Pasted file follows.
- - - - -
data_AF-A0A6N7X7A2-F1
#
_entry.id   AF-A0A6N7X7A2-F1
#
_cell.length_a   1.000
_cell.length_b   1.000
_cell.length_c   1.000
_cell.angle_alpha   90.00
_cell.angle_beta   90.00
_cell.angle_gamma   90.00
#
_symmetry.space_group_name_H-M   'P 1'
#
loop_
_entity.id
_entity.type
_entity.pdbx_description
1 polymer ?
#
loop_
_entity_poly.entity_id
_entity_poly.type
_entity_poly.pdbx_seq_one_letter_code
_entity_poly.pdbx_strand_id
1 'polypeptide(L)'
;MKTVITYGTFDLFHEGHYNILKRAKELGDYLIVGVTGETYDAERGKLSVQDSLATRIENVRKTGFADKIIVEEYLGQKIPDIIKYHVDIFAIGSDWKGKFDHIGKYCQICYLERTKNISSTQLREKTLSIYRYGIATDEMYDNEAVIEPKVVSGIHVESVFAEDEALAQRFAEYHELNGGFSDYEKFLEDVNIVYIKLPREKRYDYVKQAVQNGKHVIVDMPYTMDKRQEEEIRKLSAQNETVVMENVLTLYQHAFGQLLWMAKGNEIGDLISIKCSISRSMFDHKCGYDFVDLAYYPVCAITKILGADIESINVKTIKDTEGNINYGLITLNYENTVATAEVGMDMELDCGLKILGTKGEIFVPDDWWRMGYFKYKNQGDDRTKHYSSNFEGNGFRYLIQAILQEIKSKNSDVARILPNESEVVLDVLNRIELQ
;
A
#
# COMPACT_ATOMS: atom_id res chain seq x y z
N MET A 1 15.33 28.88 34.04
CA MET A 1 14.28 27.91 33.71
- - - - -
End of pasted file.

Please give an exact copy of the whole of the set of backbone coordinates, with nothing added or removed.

data_AF-A0A6N7X7A2-F1
#
_entry.id   AF-A0A6N7X7A2-F1
#
_cell.length_a   1.000
_cell.length_b   1.000
_cell.length_c   1.000
_cell.angle_alpha   90.00
_cell.angle_beta   90.00
_cell.angle_gamma   90.00
#
_symmetry.space_group_name_H-M   'P 1'
#
loop_
_entity.id
_entity.type
_entity.pdbx_description
1 polymer ?
#
loop_
_entity_poly.entity_id
_entity_poly.type
_entity_poly.pdbx_seq_one_letter_code
_entity_poly.pdbx_strand_id
1 'polypeptide(L)'
;MKTVITYGTFDLFHEGHYNILKRAKELGDYLIVGVTGETYDAERGKLSVQDSLATRIENVRKTGFADKIIVEEYLGQKIPDIIKYHVDIFAIGSDWKGKFDHIGKYCQICYLERTKNISSTQLREKTLSIYRYGIATDEMYDNEAVIEPKVVSGIHVESVFAEDEALAQRFAEYHELNGGFSDYEKFLEDVNIVYIKLPREKRYDYVKQAVQNGKHVIVDMPYTMDKRQEEEIRKLSAQNETVVMENVLTLYQHAFGQLLWMAKGNEIGDLISIKCSISRSMFDHKCGYDFVDLAYYPVCAITKILGADIESINVKTIKDTEGNINYGLITLNYENTVATAEVGMDMELDCGLKILGTKGEIFVPDDWWRMGYFKYKNQGDDRTKHYSSNFEGNGFRYLIQAILQEIKSKNSDVARILPNESEVVLDVLNRIELQ
;
A
#
# COMPACT_ATOMS: atom_id res chain seq x y z
N MET A 1 15.33 28.88 34.04
CA MET A 1 14.28 27.91 33.71